Dead Sea could treat diabetes

The Dead Sea has long been known as a natural treatment for skin, rheumatic and respiratory diseases. A new study by researchers from the health sciences faculty of Ben-Gurion University of the Negev and Soroka Medical Center in Be’er Sheva …

The Dead Sea has long been known as a natural treatment for skin, rheumatic and respiratory diseases. A new study by researchers from the health sciences faculty of Ben-Gurion University of the Negev and Soroka Medical Center in Be’er Sheva suggests that the world’s diabetic community could be a dip away from healthier living.

According to the researchers, the Dead Sea’s salty waters help lower blood glucose levels and could improve the medical conditions of diabetics.

The study involved an initial sample group of 14 people between the ages of 18 and 65 who have suffered from Type 2 diabetes for less than 20 years. After soaking in a pool filled with Dead Sea water for 20 minutes, there was a considerable decrease – up to 13 percent in some cases – in the blood glucose levels.

These are findings from an initial study from which it is difficult to draw conclusions at this stage,” said research team leader Prof. Shaul Sukenik of Ben-Gurion University, who served until recently as the director of the Internal Medicine Department at Soroka Medical Center.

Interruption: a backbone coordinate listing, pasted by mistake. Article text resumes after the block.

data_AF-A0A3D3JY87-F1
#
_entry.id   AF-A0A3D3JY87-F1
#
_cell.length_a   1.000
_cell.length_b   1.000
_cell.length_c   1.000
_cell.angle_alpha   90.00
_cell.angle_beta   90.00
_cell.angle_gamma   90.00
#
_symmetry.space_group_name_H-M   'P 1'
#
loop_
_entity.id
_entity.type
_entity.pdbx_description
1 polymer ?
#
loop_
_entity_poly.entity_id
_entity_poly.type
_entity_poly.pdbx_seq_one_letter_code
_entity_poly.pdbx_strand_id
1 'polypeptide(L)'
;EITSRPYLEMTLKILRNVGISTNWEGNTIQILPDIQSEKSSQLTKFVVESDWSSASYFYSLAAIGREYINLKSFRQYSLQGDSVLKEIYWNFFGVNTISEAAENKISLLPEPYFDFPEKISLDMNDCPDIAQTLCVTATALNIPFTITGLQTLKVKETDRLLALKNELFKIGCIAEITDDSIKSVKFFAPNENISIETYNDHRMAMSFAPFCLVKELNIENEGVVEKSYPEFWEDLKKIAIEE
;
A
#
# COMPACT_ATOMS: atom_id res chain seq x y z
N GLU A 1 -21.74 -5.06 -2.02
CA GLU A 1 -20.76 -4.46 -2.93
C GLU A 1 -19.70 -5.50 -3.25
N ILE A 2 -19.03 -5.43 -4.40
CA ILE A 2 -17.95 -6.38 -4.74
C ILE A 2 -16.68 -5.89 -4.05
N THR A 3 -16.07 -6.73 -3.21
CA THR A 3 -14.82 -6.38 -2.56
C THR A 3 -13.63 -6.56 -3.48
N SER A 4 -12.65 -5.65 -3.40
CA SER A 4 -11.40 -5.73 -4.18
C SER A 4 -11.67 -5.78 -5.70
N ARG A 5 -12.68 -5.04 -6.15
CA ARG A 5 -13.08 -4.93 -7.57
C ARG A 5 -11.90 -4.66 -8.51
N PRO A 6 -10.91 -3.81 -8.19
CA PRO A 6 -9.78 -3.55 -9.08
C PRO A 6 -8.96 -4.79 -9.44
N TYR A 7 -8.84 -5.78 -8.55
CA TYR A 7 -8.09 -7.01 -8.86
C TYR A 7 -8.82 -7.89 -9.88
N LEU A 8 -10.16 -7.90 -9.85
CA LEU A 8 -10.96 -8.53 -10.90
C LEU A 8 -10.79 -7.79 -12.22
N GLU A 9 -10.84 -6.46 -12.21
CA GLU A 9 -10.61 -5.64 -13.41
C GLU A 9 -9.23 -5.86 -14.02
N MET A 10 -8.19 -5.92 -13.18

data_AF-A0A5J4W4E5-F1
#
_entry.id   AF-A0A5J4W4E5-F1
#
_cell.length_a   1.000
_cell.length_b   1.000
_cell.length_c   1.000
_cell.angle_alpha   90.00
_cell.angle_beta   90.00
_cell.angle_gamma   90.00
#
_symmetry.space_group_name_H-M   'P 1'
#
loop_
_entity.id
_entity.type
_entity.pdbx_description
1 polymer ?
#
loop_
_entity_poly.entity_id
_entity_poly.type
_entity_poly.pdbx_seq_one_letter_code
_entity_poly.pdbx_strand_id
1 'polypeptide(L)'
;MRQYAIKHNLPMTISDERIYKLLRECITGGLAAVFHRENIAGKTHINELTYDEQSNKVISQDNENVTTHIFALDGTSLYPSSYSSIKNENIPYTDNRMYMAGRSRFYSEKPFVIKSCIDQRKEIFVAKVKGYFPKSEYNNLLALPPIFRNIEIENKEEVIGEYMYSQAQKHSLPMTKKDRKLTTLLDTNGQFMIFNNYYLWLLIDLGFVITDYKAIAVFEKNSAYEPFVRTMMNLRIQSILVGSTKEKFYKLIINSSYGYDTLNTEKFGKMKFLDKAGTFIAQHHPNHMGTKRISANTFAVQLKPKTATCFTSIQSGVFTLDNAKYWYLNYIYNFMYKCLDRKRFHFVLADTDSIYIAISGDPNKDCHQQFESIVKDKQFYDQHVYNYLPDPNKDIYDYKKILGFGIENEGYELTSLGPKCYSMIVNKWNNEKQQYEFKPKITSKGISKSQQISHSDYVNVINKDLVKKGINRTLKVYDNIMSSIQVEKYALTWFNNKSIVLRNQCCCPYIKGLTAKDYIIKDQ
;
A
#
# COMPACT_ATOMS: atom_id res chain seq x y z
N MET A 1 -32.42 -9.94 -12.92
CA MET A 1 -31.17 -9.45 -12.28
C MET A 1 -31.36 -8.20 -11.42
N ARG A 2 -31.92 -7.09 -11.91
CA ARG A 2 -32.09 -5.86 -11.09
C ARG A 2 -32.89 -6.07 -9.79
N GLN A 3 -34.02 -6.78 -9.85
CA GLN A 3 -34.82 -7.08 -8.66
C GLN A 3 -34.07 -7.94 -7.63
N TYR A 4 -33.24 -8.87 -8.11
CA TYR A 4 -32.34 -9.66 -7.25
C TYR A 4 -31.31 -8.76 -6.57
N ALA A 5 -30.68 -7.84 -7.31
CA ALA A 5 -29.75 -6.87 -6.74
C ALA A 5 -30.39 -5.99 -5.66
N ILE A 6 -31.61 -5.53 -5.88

“Nevertheless,” Sukenik added, “the results are promising. We have yet to test what happens to the glucose levels beyond an hour after the dip.”

The researchers also found the dip in the Dead Sea water did not adversely affect the subjects’ other blood values, including their levels of insulin and cortisone hormones, and also their c-peptide levels, which are an indication of the ability to produce insulin in the pancreas.

“In the event that the findings are confirmed in further studies, a drop in blood glucose levels will allow diabetics who bathe in the Dead Sea to use less medication,” said Prof. Sukenik. “We cannot determine this on the basis of the current study, but the findings do allude to this.”

The findings of the study appeared in the August edition of the Israel Medical Association Journal.

About Viva Sarah Press

Viva Sarah Press is an associate editor and writer at ISRAEL21c. She has extensive experience in reporting/editing in the print, online and broadcast fields. Her work has been published by international media outlets including Israel Television, CNN, Reuters, The Jerusalem Post and Time Out.